Video Codecs: What To Know - Filmmaking Tutorial

Published on Jan. 16, 2013
Channel: Darren Levine
Source: Youtube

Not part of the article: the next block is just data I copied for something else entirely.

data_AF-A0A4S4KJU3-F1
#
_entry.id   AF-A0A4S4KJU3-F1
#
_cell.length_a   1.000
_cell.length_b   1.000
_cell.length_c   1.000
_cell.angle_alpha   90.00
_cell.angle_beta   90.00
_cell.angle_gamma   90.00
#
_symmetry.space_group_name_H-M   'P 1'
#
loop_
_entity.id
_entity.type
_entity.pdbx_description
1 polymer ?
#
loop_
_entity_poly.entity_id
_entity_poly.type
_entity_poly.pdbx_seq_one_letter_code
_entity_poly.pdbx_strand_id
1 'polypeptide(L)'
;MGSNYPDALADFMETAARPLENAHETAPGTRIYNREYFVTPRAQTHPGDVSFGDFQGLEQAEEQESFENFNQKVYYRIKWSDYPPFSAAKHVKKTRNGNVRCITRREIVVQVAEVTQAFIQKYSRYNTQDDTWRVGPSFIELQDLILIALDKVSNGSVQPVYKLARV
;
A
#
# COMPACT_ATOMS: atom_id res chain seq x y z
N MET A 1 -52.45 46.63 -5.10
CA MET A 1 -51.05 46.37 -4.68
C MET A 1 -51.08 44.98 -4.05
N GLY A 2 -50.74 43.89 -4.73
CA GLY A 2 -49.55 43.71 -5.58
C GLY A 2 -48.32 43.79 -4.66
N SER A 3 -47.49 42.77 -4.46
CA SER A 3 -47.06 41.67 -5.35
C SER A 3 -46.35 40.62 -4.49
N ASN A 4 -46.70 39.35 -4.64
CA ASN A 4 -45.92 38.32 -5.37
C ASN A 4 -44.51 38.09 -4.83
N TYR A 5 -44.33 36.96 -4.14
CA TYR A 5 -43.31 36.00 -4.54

Read the full Article with Buy Links: As much as a hate talking heads, here's mine, talking about the basics of video codecs. One of the longer Tutorials yet could be far longer with all the details of codecs, but hopefully this is a good starting point which will answer some basic questions i typically hear people ask about codecs. Here's the long written version: What are codecs? Codecs refer to how a video is compressed, and there are two types of codecs: Lossy, and Lossless. First off, Lossless codecs are codecs which don't degrade the image at all. We typically refer to them as uncompressed and/or raw, uncompressed has no compression at all and has huge file sizes. RAW on the other hand can be compressed or uncompressed, to put it very roughly and simply; RAW packages the video and allows for some compression, but many of those as well are considered lossless, even if it does degrade the image it's considered very nearly imperceptible. So if you're using anything labeled uncompressed or RAW, you're getting the good stuff. Now for the lossy guys, which are the bulk of this quick tip. To understand lossy codecs, let's go through thier basic settings: Bitrates are the central control, they are referred to in numbers: lower numbers means higher compression which leads to smaller file sizes and worse quality, and higher numbers mean less compression for better quality with larger file sizes. this is the same for any codec. But here's the trick: a bitrate of say 10 for one codec can be entirely different for another codec, which is what we called the codec's efficiency. another thing to keep in mind, is what resolution you're using, because a bitrate of say 2 might be good for standard definition video with a certain codec, but if you keep that bitrate and up the resolution, you'll get terrible results. When you're adding pixels, you need to add more data to maintain quality. Presets in your edit system will give you a very good idea of what settings are good for each codec, i usually give it a 20% or so bump in bitrate for good measure on top of whatever the preset has. The biggest buzz word in codec world today is h.264, which is a great efficient codec, but it's also a shape shifter, because you also know it by several other names. avc intra, mpeg4 avccam, and probably a few others. All of these are actually mpeg-4 level 10, and the reason for all this name changing is that mpeg codecs are customizable and tuneable, so each name means a company has made their own recipe. And just as it is with food, each recipe can either be delicious, or just mildly satisfying. Suffice it to say you don't need to mess with the depths of settings to get a good image, just stick with the basics and try different bit rates to see what's good for you. Then there's Apple's prores which is also very high in bitrate but that also means its darn close to being lossless even though it's a lossy codec. Which codec you use depends on what you're using it for, and if that's websites, you'll mostly be using h.264. if DVD delivery, mpeg2, if bluray, likely h.264 again. Codecs like mpeg2 and h.264 can be acquisition(capture) formats, and delivery formats, and what's in the middle that's missing? Editing! Yes, although you can do it, it's not ideal to edit h.264, mpeg2, or any other Long GOP codec, because a GOP(group of pictures) means that the codec uses key frames to then base its compression for the next Group of Pictures. So when you cut your video, your cutting that series apart, and making the computer do more work. It also makes grading(coloring) your video more limited. I'll mention though that there are Non GOP versions of h.264 such as AVC-Intra, which are much better for editing. Now a word on file extensions, such as .wmv, .mpg, .mp4. These are called containers, and they contain codecs, and the only thing you need to understand about these are that there are containers which are single codec containers, which means they only represent one codec, and then there are containers which can contain any number of different codecs, just not at the same time.